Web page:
What is it like to just relax and not worry that you’re forgetting some huge responsibility and therefore can’t allow yourself to fully enjoy your self-care time?

What is it like be like to hear someone’s story and not immediately use it as a yardstick against which to measure your own quality of life and well-being?

What is it like to understand right away that when someone asks you a question, they do so out of curiosity, not because they’re trying to trip you up or make you feel insecure in your lack of knowledge?

What is it like to hear someone critique you without feeling your complete sense of worth drain away from you?

What is it like to wake up from a weird dream and simply accept it as a dream and not as if it is said deep, terrible things about who you are and how your life is?

What is it like to make a mistake at work and not immediately assume you’re going to get fired because you’re useless and replaceable?

What is it like to look at your partner and just understand that they love you unconditionally instead of assuming they are so annoyed by you that they only reluctantly deal with your garbage?

What is it like to accept that you love this person more than life itself without second-guessing yourself anytime you notice someone attractive or see other people more “lovey-dovey” than the two of you are?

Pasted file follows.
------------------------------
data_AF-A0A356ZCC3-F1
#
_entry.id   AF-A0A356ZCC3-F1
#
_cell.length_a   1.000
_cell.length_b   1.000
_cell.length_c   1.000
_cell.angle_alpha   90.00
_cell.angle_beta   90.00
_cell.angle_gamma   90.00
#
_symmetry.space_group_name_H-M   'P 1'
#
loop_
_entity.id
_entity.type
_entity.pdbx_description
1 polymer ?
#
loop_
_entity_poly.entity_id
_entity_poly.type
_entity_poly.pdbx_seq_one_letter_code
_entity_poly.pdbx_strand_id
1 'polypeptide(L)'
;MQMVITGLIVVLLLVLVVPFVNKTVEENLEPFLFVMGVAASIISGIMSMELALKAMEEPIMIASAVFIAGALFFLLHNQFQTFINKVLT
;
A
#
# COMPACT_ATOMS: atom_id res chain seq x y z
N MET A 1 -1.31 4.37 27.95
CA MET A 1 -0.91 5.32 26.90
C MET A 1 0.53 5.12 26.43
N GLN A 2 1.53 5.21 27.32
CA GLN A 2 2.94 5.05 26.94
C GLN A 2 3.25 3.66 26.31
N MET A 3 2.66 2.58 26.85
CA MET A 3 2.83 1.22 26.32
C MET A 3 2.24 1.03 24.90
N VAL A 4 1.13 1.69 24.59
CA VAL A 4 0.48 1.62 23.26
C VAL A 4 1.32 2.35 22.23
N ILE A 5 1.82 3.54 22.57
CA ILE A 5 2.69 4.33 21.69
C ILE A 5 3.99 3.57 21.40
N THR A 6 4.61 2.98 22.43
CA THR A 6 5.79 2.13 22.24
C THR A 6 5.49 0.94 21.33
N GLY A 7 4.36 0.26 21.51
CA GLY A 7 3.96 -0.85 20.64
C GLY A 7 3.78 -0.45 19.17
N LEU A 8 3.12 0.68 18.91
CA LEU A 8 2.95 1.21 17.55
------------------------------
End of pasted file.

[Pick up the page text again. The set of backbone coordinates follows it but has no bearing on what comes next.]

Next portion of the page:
What is it like for your friends to do things without you and not assume they are leaving you out on purpose because they can’t stand you?

What is it like to have questions about life without becoming so fixated on them that you can’t see the world around you?

What is it like to have political conversations without either blowing up on those who disagree with you or shrinking into yourself because you don’t trust that your answers are good enough?

What is it like to be secure in who you are and confident that you are enough?

What is it like to not panic about the state of your bank account every time you hand over your debit card or hit “Complete Purchase” on a screen or pay a bill?

What is it like to not have to worry about when the anxiety is going to come back in ways that will crush you after months of peace?

What is it like to not have almost every single memory touched by anxiety’s constant presence?

What is life without anxiety like?

I still don’t know. I don’t know if I ever will.

So tell me: what’s it like?

Why I Didn’t Participate in Good Friday This Year

Larry Pattern

I find myself irritated at people who skip through Holy Week in their rush to Easter, and those who participate in Holy Week while talking about how Sunday is coming. I don’t like seeing “He Is Risen!” proclaimed on church signs or Easter hymns on Palm Sunday or pictures of the stone rolled away from the tomb on Holy Saturday. Even though I know how the story will end, these little gestures still irk me the same way someone revealing spoilers to an episode I have yet to see does.